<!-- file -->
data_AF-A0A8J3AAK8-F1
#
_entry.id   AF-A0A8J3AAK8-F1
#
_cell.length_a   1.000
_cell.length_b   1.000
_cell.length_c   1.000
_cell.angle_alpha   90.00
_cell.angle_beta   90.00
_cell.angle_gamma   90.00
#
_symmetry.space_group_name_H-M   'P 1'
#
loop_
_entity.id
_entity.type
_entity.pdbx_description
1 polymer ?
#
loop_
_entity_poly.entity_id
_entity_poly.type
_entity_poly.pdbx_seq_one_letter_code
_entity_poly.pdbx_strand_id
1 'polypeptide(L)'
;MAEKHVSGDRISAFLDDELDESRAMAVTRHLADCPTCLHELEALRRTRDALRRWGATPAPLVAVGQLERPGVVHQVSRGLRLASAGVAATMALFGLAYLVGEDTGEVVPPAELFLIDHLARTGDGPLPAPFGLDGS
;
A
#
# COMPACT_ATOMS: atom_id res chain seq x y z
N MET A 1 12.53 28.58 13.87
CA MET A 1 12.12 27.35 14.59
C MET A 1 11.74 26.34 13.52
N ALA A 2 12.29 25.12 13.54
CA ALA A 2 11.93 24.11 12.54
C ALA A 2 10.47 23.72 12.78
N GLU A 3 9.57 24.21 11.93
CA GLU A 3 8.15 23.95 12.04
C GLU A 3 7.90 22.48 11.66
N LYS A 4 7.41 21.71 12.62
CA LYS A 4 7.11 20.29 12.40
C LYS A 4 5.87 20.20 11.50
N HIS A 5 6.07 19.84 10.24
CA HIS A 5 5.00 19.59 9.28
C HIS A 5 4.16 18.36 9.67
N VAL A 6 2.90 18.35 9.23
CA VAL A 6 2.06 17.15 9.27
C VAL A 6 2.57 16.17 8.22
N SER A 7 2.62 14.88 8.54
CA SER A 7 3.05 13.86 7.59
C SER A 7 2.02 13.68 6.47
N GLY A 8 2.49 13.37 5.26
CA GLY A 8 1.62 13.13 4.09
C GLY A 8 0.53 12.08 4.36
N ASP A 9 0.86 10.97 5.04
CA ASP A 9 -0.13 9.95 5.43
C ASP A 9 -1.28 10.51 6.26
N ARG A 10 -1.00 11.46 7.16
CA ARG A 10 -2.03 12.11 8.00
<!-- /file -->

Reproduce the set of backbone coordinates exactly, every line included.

data_AF-A0A8J3AAK8-F1
#
_entry.id   AF-A0A8J3AAK8-F1
#
_cell.length_a   1.000
_cell.length_b   1.000
_cell.length_c   1.000
_cell.angle_alpha   90.00
_cell.angle_beta   90.00
_cell.angle_gamma   90.00
#
_symmetry.space_group_name_H-M   'P 1'
#
loop_
_entity.id
_entity.type
_entity.pdbx_description
1 polymer ?
#
loop_
_entity_poly.entity_id
_entity_poly.type
_entity_poly.pdbx_seq_one_letter_code
_entity_poly.pdbx_strand_id
1 'polypeptide(L)'
;MAEKHVSGDRISAFLDDELDESRAMAVTRHLADCPTCLHELEALRRTRDALRRWGATPAPLVAVGQLERPGVVHQVSRGLRLASAGVAATMALFGLAYLVGEDTGEVVPPAELFLIDHLARTGDGPLPAPFGLDGS
;
A
#
# COMPACT_ATOMS: atom_id res chain seq x y z
N MET A 1 12.53 28.58 13.87
CA MET A 1 12.12 27.35 14.59
C MET A 1 11.74 26.34 13.52
N ALA A 2 12.29 25.12 13.54
CA ALA A 2 11.93 24.11 12.54
C ALA A 2 10.47 23.72 12.78
N GLU A 3 9.57 24.21 11.93
CA GLU A 3 8.15 23.95 12.04
C GLU A 3 7.90 22.48 11.66
N LYS A 4 7.41 21.71 12.62
CA LYS A 4 7.11 20.29 12.40
C LYS A 4 5.87 20.20 11.50
N HIS A 5 6.07 19.84 10.24
CA HIS A 5 5.00 19.59 9.28
C HIS A 5 4.16 18.36 9.67
N VAL A 6 2.90 18.35 9.23
CA VAL A 6 2.06 17.15 9.27
C VAL A 6 2.57 16.17 8.22
N SER A 7 2.62 14.88 8.54
CA SER A 7 3.05 13.86 7.59
C SER A 7 2.02 13.68 6.47
N GLY A 8 2.49 13.37 5.26
CA GLY A 8 1.62 13.13 4.09
C GLY A 8 0.53 12.08 4.36
N ASP A 9 0.86 10.97 5.04
CA ASP A 9 -0.13 9.95 5.43
C ASP A 9 -1.28 10.51 6.26
N ARG A 10 -1.00 11.46 7.16
CA ARG A 10 -2.03 12.11 8.00